Public support for Common Core, the education standards heavily supported by former Florida Gov. Jeb Bush, has suffered as more people learn about it, according to a new survey.
While 80 percent of Americans have heard about Common Core, 60 percent oppose requiring teachers to use the standards to guide instruction, the survey by PDK/Gallup finds.
Opposition among Republicans was at 76 percent. Among Democrats, it was 38 percent, and independents 60 percent.
"For the 33% of Americans who favor the Common Core, the most important reason is because it will help more students learn what they need to know regardless of where they go to school," read a survey memo released Wednesday. "For the 60% of Americans who oppose using the Common Core, their most important reason is that it will limit the flexibility that teachers have to teach what they think is best."
A separate poll this week, from the journal EducationNext, also shows declining support for the standards used by dozens of states.
Florida adopted the standards but, under fire, made some tweaks and scrubbed the controversial name in favor of "Florida Standards."
The new poll includes comments from the public, such as from Abby Scott Goff, a mother of two from St. Augustine.
"Teachers are very frustrated with how they have to teach," she said. "One teacher who's been teaching for 18 years told me she feels like she isn't able to teach the way she was taught to teach and the way she believes she should teach. I think the Common Core limits what teachers can teach and how they can teach to an individual child."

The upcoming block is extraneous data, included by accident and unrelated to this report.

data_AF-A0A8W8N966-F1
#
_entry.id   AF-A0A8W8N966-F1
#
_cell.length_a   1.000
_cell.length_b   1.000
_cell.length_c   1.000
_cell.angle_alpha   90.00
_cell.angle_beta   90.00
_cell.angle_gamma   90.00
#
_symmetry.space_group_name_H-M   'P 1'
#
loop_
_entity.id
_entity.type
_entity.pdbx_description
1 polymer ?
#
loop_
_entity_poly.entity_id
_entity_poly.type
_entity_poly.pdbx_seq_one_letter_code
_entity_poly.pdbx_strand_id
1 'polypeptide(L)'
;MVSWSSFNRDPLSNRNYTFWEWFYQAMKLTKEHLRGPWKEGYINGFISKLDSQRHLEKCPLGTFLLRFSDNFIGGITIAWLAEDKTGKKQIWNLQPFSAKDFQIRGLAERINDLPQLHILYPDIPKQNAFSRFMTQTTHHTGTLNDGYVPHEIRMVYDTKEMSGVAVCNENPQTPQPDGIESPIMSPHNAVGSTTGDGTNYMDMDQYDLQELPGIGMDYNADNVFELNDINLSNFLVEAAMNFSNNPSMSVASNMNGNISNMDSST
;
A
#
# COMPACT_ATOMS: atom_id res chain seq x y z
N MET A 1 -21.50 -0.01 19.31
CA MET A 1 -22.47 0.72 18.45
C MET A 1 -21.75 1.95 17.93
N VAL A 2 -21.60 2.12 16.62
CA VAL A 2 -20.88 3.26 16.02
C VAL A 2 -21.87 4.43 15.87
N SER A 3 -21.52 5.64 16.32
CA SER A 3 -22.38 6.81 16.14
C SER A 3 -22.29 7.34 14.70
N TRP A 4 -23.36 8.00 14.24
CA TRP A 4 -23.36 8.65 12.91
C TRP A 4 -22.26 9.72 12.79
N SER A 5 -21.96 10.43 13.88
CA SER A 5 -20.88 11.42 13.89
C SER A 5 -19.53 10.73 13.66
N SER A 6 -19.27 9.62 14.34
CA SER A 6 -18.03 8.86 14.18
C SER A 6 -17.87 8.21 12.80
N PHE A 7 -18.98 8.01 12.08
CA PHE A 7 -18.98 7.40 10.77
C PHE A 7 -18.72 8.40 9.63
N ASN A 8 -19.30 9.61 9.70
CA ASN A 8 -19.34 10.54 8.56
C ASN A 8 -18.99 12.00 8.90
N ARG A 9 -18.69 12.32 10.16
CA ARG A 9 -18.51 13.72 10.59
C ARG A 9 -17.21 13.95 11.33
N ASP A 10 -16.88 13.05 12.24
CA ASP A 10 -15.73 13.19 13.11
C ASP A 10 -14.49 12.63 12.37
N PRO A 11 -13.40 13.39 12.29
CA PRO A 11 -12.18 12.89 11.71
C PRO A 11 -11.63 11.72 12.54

Bush and his education foundation have helped promote Common Core, but the former governor has also come under attack from the right (there's some opposition on the left, too) and it would be something he has to deal with if he decides to run for president.
Bush has remained consistent while others have wavered, none more vividly than Louisiana Gov. Bobby Jindal. He went from a supporter to an arch opponent, a change critics say is driven by his presidential aspirations. A court on Tuesday, however, blocked Jindal's attempt to repeal Common Core in Louisiana.
The PDK/Gallup survey was conducted May 29 to June 20 for 1,001 people age 18 or older.
"Any of us who support the Common Core would be crazy not to be concerned," said Michael Petrilli, president of the Thomas B. Fordham Institute, an education think tank. But he said the results affirm the effectiveness of attacks on Common Core, not on support for education reform.
In the EducationNext poll, half of respondents were asked about Common Core and half were asked about higher standards without using the name. In the first group, support dropped 12 percent over the past year to 53 percent. But support increased to 68 percent in the second group.
Petrilli said Common Core proponents recognize the challenge and will open a new campaign to shore up support.